It is common for the electronic devices (e.g., integrated circuit components) forming the storage processor to require different voltages from the power supply circuitry, and for such devices to require the different voltages in a particular order when powering up in order to avoid damage. For example, suppose that the electronic devices for a particular storage processor use a 3.3 VDC signal for powering the input/output (I/O) circuitry and a 2.5 VDC signal for powering the core circuitry. In such a situation, the power supply circuitry may need to provide the 3.3 VDC signal first followed by the 2.5 VDC signal a short time later. Otherwise, the I/O circuitry will attempt to obtain power from the core circuitry and damage the core circuitry in the process.

One conventional data storage system, which is configured to power up in the manner described above, uses power supply circuitry having a power sequencing circuit consisting of discrete components. The discrete components operate to stagger delivery of the different voltages to the electronic devices of the storage processor (e.g., voltage dividers formed by discrete resistors, control circuits formed by discrete logic, timing circuits formed by individual resistors and comparators, etc.). Accordingly, the discrete components work to ensure that the I/O circuitry of electronic devices powers up before the core circuitry of the electronic devices thus preventing damage to the electronic devices.

SUMMARY

Unfortunately, there are deficiencies to the above-described conventional data storage system which includes a power sequencing circuit consisting of discrete components. For example, the use of discrete components in the power sequencing circuit is typically expensive due to the additive cost of each component. Additionally, such use often hinders circuit board designs due to a relatively large amount of circuit board real estate that is consumed by such components. Furthermore, such use of discrete components is a strict hardware implementation of the power sequencing operation thus making the power sequencing process inflexible and expensive to change, i.e., difficult to debug or upgrade.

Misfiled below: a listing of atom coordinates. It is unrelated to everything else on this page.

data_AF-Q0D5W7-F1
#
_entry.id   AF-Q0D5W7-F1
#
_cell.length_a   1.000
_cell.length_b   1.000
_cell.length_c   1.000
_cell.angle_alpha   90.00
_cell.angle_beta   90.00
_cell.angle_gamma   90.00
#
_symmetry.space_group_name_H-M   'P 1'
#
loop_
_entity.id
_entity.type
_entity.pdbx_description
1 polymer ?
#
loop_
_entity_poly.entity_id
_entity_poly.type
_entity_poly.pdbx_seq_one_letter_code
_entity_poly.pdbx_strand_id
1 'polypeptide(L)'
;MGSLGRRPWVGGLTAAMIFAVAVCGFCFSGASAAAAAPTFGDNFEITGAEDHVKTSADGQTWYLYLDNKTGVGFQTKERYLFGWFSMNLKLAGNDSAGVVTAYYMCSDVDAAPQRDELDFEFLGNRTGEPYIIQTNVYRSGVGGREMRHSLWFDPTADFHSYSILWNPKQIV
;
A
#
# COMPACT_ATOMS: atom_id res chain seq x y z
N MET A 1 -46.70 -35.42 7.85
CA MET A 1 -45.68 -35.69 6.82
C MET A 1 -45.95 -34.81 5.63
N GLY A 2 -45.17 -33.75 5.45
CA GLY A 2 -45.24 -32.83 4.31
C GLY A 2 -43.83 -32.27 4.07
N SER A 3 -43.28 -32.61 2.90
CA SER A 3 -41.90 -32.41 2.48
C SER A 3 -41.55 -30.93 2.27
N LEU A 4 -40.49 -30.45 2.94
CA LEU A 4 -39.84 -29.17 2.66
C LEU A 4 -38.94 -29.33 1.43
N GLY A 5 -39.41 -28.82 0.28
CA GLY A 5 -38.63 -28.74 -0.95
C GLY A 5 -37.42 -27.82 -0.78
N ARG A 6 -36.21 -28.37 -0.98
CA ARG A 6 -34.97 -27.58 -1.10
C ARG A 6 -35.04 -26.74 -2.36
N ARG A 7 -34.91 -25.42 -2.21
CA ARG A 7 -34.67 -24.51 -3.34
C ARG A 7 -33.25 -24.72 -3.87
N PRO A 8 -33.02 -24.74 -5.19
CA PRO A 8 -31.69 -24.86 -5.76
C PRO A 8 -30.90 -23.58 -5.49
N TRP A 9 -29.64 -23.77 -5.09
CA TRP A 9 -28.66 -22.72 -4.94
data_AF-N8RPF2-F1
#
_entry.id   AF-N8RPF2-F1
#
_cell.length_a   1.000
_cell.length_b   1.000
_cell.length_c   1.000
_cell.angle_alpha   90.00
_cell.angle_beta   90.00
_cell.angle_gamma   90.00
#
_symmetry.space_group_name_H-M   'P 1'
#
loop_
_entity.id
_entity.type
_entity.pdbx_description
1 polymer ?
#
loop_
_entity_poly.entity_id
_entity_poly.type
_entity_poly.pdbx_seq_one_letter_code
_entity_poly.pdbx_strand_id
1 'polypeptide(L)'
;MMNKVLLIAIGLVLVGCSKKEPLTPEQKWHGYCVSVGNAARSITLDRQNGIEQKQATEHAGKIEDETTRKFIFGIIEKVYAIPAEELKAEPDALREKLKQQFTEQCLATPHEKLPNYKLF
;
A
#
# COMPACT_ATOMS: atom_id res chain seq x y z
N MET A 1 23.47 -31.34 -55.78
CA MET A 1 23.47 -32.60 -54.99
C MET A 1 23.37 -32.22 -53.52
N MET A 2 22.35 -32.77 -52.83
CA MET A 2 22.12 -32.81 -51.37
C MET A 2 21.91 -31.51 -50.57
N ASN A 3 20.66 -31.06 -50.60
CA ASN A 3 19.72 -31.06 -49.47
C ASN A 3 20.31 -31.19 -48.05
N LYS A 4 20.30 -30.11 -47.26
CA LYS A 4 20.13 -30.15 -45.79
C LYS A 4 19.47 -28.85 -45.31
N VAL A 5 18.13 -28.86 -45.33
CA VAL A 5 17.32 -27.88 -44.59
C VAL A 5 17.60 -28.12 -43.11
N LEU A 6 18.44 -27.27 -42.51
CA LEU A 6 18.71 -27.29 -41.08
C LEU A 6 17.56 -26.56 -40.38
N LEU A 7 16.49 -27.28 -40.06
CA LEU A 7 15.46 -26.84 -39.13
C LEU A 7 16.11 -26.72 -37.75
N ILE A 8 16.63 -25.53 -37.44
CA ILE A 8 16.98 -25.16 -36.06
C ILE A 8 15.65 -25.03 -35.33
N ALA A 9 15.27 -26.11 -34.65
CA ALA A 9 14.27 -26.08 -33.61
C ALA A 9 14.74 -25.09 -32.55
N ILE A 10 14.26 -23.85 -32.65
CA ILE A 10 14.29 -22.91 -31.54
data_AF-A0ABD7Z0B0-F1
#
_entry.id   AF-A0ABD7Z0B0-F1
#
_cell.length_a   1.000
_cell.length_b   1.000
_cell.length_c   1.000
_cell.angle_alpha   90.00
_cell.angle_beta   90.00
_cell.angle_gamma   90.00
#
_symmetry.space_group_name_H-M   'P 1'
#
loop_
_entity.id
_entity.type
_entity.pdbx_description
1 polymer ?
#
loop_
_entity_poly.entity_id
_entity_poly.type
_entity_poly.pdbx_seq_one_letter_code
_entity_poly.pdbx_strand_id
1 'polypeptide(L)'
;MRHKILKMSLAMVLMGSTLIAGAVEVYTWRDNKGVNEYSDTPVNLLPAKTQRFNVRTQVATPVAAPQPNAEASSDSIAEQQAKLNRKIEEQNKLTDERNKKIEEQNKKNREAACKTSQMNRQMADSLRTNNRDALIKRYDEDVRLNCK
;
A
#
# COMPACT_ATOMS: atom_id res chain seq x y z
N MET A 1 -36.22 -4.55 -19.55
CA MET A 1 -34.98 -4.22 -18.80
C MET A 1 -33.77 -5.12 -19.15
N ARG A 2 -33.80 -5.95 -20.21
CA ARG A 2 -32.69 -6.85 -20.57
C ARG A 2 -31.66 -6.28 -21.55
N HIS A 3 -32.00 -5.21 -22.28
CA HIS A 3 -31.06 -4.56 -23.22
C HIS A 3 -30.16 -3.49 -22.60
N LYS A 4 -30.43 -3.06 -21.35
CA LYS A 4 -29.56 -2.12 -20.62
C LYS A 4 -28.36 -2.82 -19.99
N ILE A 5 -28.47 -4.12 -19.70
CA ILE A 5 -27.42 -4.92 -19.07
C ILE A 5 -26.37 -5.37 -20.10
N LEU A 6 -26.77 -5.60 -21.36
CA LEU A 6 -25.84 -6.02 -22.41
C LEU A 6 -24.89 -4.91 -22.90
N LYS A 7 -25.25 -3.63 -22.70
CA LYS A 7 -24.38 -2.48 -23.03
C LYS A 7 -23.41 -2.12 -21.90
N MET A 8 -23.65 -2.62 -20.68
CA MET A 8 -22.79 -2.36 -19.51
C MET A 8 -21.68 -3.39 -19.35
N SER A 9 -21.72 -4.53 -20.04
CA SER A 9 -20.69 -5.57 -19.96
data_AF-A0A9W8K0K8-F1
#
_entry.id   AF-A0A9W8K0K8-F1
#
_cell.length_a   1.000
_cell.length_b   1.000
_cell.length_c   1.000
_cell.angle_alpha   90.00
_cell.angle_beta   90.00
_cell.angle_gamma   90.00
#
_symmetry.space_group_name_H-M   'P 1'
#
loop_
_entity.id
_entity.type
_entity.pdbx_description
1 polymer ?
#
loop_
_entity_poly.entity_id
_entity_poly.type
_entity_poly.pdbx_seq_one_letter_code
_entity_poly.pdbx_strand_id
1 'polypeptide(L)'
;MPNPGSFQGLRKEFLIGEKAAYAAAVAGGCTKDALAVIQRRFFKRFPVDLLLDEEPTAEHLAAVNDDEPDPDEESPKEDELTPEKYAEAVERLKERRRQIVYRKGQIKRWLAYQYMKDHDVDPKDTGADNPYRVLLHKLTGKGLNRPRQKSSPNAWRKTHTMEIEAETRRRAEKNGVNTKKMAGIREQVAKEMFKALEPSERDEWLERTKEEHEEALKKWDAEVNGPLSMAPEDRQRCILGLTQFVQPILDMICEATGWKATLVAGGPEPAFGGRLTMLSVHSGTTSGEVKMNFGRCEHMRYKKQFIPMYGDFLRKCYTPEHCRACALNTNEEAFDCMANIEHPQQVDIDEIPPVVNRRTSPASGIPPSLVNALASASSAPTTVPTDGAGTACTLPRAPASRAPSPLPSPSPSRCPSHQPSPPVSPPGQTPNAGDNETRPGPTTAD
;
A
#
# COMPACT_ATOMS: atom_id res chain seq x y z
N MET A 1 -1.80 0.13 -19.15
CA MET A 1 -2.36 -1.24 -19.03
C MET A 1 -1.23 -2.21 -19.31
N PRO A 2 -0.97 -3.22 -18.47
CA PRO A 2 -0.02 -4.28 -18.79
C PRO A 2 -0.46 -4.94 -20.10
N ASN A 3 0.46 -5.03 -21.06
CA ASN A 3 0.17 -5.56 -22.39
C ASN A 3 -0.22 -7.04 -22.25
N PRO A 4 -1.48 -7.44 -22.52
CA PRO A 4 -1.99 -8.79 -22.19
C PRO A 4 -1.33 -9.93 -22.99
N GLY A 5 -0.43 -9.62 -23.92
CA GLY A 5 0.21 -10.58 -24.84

In contrast to the above-described conventional data storage system which uses a power sequencing circuit consistently formed of discrete components, embodiments of the invention are directed to techniques for controlling a data storage system having (i) power circuitry for providing power signals and (ii) storage processing circuitry for performing data storage operations, using a packaged microcontroller to control power sequencing. Such use enables power sequencing at a relatively low cost (e.g., less components) and uses a relatively small amount of circuit board real estate (e.g., the footprint of the packaged microcontroller). Additionally, such use provides flexibility in that a manufacturer is capable of easily modifying an initial power up sequence by providing new code to the packaged microcontroller. Furthermore, the manufacturer is capable of programming the microcontroller with more robust operations, e.g., automatic upgrading of boot code, utilization of interrupts to respond to particular events, coordination of multiple storage processors, etc.